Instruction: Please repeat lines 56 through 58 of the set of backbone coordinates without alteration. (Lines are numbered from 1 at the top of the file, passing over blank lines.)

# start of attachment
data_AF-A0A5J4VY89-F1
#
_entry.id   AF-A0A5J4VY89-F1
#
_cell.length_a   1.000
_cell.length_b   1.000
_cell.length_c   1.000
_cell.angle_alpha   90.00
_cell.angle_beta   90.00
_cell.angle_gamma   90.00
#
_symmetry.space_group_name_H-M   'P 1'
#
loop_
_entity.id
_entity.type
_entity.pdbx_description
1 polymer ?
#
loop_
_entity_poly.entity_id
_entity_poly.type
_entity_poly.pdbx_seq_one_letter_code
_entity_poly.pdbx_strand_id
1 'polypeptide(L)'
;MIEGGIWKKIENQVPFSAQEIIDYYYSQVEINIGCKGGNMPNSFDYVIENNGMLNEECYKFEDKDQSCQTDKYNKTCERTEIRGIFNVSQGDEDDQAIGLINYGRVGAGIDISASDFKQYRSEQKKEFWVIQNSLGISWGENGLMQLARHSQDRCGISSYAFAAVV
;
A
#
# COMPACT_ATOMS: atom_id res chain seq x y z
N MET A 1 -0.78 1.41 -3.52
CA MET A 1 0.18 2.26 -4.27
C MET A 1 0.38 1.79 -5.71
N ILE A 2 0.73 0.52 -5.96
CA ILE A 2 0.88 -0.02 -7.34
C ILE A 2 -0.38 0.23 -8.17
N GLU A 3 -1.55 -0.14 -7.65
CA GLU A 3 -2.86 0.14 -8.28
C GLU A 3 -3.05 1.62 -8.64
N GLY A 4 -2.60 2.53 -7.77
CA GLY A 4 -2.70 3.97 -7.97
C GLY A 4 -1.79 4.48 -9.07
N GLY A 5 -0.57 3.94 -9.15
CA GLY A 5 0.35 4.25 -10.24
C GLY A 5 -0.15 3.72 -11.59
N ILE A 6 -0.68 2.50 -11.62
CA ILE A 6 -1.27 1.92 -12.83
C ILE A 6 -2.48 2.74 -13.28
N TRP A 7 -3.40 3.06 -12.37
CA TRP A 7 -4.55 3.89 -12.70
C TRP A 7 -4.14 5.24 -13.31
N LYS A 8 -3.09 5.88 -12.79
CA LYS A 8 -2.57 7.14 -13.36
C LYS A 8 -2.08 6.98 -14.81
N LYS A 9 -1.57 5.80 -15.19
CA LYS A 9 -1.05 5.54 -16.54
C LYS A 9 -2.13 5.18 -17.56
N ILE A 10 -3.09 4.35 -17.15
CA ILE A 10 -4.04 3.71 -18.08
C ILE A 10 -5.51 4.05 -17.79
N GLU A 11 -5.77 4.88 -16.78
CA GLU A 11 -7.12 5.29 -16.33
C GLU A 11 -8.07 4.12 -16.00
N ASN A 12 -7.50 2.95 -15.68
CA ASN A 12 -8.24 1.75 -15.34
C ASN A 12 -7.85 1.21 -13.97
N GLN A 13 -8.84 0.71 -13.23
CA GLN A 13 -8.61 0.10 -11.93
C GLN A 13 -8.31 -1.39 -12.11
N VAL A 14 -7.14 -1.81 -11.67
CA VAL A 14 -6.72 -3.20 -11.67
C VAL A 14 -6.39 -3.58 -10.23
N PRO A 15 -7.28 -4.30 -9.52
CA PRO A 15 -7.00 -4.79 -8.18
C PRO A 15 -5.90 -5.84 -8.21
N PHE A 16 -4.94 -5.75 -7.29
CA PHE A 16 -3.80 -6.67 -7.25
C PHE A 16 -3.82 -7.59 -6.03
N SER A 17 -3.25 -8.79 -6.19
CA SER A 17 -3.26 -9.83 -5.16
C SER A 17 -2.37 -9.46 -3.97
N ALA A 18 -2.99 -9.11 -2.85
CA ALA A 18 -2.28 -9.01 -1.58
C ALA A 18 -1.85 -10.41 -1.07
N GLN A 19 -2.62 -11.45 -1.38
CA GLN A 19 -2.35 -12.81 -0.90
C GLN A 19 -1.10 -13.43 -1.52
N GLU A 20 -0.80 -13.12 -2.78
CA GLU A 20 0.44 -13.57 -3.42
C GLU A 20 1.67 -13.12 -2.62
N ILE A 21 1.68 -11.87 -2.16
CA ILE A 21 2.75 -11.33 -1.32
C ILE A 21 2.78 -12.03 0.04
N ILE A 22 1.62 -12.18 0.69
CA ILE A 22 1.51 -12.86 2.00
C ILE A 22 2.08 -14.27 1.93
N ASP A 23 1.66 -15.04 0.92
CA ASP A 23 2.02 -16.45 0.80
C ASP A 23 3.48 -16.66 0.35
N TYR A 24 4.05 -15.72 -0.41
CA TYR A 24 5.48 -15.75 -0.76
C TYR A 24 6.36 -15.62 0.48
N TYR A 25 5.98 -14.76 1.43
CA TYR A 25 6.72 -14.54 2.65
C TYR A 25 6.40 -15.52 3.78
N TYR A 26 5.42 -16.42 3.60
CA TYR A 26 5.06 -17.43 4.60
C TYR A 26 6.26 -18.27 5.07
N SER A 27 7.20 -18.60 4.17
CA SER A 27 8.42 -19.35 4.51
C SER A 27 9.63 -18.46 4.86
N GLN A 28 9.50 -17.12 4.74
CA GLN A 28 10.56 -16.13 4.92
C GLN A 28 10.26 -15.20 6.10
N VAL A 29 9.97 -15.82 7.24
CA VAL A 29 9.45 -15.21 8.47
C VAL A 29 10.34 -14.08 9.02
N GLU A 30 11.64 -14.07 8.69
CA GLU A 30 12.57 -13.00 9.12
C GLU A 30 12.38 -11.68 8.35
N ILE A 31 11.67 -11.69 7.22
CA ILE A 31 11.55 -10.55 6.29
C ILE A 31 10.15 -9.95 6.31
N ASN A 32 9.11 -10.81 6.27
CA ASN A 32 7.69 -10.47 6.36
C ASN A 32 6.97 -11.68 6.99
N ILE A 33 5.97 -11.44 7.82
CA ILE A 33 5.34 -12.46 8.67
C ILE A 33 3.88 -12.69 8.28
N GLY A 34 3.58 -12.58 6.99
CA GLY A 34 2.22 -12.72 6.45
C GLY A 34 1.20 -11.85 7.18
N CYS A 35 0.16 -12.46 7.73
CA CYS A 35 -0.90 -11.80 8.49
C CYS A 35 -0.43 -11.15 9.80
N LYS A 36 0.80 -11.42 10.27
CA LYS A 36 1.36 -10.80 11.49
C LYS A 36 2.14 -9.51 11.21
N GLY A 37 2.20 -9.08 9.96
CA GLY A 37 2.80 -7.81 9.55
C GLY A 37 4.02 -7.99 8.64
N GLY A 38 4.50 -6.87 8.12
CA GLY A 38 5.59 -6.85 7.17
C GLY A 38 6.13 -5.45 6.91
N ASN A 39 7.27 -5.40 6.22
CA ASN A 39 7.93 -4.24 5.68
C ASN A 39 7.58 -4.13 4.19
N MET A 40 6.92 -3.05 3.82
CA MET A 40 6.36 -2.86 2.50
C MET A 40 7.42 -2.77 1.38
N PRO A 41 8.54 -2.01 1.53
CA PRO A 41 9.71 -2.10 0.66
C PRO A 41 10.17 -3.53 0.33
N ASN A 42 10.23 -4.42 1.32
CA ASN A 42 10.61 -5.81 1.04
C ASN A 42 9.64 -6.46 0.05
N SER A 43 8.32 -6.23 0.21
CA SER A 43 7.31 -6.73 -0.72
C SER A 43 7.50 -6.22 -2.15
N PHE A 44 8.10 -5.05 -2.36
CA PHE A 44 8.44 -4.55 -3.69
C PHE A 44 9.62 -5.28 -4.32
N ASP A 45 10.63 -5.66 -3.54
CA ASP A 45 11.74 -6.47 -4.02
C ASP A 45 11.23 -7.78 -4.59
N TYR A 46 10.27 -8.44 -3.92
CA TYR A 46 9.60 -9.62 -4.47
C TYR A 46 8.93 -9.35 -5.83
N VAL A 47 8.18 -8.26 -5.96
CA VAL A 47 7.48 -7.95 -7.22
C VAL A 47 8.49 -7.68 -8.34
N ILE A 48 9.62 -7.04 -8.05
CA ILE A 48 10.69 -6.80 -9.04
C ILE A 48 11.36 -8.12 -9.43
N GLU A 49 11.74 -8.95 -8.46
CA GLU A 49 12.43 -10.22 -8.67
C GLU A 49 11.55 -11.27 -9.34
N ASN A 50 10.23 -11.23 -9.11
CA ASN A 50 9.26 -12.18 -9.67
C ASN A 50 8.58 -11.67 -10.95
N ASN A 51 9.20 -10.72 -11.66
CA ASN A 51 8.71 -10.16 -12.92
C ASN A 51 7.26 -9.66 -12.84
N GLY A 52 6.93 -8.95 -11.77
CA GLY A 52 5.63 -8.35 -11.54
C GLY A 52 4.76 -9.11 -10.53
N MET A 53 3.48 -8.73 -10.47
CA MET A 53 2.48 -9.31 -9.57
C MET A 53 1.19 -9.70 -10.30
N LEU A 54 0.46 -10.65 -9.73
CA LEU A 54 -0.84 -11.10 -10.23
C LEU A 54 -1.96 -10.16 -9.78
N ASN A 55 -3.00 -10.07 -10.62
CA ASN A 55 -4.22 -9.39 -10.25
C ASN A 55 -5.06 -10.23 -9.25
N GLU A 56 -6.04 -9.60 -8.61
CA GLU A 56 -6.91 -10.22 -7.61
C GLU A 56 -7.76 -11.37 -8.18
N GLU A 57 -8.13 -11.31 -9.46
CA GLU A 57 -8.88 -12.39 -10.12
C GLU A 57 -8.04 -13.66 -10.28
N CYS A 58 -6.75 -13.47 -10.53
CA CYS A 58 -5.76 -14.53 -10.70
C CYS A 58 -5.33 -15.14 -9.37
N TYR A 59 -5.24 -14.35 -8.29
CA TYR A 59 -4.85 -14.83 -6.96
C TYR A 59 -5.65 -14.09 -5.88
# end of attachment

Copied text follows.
CA LYS A 9 -1.05 5.54 -16.54
C LYS A 9 -2.13 5.18 -17.56
N ILE A 10 -3.09 4.35 -17.15